While denominated in dollars, the U.S. does have debt. Some monetary inflation is probably expected by investors, but if the dollar is to maintain credibility, the debt has to be serviced by production.

  • TastyBits

    @Zachriel(s)

    If you want to hunt with the big dogs, you need to stay out in the open. Otherwise, hide on the porch with the pups.

    We are in a severe economic downturn. There are a few government programs that are helping to keep some people afloat, but a lot of people are not doing well. The top 1% is doing great, but they got what they paid for.

    The numbers have been rigged to give a rosier picture and more homes have been saved than during the Great Depression, but the fat cats have also kept their fortunes. This is a replay. We even have had calls for a wartime economy to get things rolling.

    Bubbles are credit phenomena, and they require a cheap source of money – low Fed interest rates, GSE’s, money market funds, etc. The available credit drives the asset prices up. Because pricing is based upon available credit, it will accelerate as more credit becomes available. More credit will be extended in order to profit from the increasing returns of the loans due to the increasing asset prices.

    Each positively reinforces the other, and the accelerating cycle draws in more borrowers and lenders. When borrowers or lenders are removed, the asset prices fall, and because the asset prices were collateral for each loan, the loans begin to collapse. This is a bubble, and this is a bubble collapsing. Period.

    Beanie babies experienced asset inflation. Some real estate markets are experiencing asset inflation. Super Bowl tickets experience asset inflation. These are not bubbles.

    First, the US needed “a few trillion dollars on hand”, and now, you are babbling about debt, monetary inflation, and debt servicing. What’s next LIBOR?

  • Zachriel

    TastyBits: We are in a severe economic downturn.

    In fact, the economy is growing.

    TastyBits: Bubbles are credit phenomena, and they require a cheap source of money – low Fed interest rates, GSE’s, money market funds, etc.

    Credit is often the fuel for bubbles, especially when borrowing against the inflated asset creating a positive feedback, but credit is not sufficient. There also has to be unrealistic expectations concerning growth.

    TastyBits: Beanie babies experienced asset inflation. Some real estate markets are experiencing asset inflation. Super Bowl tickets experience asset inflation. These are not bubbles.

    Argument by definition doesn’t make for a substantive position.
    http://www.investopedia.com/terms/s/speculativebubble.asp

  • TastyBits

    @Zachriel(s)

    In fact, the economy is growing.

    The economy is growing, but the economy is limping along. The stimulus saved the economy, but the stimulus was not enough. Jobs are being created, but unemployment benefits need to be extended. Income inequality has soared over the past 5 years, but we need to do something about the income inequality we created. Have you no shame.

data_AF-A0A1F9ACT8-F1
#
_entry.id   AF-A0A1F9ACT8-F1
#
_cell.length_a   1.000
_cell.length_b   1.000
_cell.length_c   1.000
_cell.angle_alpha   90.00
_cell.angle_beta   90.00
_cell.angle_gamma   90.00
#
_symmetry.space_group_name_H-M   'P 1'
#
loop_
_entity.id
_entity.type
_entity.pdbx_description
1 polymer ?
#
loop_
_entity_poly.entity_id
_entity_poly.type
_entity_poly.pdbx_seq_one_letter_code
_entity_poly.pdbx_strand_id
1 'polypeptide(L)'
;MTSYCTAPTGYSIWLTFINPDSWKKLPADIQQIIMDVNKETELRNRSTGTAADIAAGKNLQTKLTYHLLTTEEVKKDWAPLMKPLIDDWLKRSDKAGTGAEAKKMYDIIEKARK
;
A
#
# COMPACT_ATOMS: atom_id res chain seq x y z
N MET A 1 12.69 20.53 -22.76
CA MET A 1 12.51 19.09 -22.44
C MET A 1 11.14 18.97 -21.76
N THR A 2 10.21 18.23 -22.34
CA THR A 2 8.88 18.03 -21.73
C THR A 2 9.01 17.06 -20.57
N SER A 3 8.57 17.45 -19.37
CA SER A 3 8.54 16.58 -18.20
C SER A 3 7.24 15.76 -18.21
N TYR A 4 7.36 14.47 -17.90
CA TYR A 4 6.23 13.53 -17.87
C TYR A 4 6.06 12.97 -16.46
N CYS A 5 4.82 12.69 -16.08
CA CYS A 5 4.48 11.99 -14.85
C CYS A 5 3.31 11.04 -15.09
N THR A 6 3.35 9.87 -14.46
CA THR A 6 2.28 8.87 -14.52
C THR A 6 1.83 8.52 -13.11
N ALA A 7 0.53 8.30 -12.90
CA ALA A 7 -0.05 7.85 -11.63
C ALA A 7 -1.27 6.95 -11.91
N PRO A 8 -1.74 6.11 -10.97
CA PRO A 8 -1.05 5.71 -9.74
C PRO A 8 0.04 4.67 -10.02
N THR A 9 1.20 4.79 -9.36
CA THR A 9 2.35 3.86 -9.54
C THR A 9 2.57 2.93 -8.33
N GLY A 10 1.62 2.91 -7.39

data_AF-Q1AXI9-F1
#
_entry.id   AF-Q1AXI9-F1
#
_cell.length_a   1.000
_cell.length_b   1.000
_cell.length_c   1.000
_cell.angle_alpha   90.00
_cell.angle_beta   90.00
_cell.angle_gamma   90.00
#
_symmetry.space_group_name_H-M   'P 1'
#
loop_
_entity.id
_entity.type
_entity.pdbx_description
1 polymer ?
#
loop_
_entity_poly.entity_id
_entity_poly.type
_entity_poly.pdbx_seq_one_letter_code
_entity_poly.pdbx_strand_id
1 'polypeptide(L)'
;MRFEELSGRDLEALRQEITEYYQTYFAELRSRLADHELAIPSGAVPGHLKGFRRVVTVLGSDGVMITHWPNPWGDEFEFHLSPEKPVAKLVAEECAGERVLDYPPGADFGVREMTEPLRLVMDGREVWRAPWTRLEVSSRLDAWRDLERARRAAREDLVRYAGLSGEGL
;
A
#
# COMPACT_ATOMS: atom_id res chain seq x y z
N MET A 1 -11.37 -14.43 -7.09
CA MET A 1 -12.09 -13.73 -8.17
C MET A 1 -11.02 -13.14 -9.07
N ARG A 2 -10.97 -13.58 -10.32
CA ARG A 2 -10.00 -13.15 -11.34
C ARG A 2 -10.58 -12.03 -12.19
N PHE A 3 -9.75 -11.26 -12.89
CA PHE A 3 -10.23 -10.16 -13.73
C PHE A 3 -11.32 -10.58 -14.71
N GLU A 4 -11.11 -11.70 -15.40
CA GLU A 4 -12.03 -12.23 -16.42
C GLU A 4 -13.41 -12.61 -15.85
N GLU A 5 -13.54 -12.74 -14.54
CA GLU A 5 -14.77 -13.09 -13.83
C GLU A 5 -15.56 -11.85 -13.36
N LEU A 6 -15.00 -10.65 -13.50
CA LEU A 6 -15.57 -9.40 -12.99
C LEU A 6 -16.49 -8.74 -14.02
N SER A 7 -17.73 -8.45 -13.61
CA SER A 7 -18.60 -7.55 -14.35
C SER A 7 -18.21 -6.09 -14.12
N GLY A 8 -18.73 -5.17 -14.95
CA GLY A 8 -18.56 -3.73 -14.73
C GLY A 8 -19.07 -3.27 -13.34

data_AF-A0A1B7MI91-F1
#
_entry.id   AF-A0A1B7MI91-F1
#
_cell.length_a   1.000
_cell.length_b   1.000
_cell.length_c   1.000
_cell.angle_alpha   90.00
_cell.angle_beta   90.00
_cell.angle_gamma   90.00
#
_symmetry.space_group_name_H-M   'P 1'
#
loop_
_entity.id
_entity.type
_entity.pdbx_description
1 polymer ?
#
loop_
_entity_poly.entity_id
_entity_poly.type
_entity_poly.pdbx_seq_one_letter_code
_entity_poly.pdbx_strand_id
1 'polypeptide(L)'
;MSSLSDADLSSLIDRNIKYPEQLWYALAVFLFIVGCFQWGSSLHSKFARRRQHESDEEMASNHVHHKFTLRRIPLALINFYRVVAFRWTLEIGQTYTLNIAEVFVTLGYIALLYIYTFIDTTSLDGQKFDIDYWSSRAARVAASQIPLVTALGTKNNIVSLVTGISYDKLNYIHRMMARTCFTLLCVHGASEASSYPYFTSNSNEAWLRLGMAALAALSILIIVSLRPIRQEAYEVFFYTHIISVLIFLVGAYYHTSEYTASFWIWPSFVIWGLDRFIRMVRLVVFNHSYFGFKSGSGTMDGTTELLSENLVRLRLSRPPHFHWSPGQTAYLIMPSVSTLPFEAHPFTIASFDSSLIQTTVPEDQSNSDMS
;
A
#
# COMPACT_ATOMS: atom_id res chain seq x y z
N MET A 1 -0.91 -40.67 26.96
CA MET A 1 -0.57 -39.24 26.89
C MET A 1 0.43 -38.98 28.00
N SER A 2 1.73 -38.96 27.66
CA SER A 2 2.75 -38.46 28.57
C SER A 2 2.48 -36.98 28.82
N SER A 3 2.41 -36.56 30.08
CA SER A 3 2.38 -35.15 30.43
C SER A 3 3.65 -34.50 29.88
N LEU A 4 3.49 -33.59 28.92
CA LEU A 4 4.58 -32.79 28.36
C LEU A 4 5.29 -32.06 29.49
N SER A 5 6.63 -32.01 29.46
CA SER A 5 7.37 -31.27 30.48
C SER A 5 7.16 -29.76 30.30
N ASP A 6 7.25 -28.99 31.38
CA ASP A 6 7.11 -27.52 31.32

Bubbles require credit. Without borrowers and lenders, there is no bubble. Period. Any source you find that does not understand this will also be confused by the past 8 years, and they will continue to be confused. Ask yourselves, did this person question the ARRA?

    Unrealistic expectations cannot exist without credit, and easier credit allows for more unrealistic expectations. The credit precedes the unrealistic expectations. The easy credit is in search of an asset to purchase. The asset can be a house or a tulip.

    Expectations did not need to become unrealistic in the housing bubble. Had regulators such as Timothy Geithner pushed on the brake instead of the accelerator, some of the easy credit could have been slowed, and less available credit would have slowed asset price inflation.

    For anybody who thinks that there were too few regulations, think again. The problem was regulators such as Timmy, the Fed Chairman Greenspan holding interest rates low, Rep Frank and Sen Dodd urging the GSE’s to purchase as many MBS’s as possible. They were all working for the best interests of the financial industry.

    If you look behind many (all?) of the various market collapses, I suspect that you will find they were credit driven in the form of shorts/puts and margin calls, but a collapse is different than a sell-off.

    Without easy credit, prices are limited to available funds, but other assets are also competing for those funds. Therefore, a bubble never forms.

    Are you really going to school me on how to construct an argument?

  • Zachriel

    TastyBits: The economy is growing, but the economy is limping along.

    We agree. You had said the economy was in “a severe economic downturn” and a “depression”.

    TastyBits: The stimulus saved the economy, but the stimulus was not enough. Jobs are being created, but unemployment benefits need to be extended. Income inequality has soared over the past 5 years, but we need to do something about the income inequality we created.

    Well, bank stabilization was the most immediately critical, but the stimulus certainly helped ameliorate some of the damage. Otherwise, we agree with you.

    TastyBits: Bubbles require credit. Without borrowers and lenders, there is no bubble.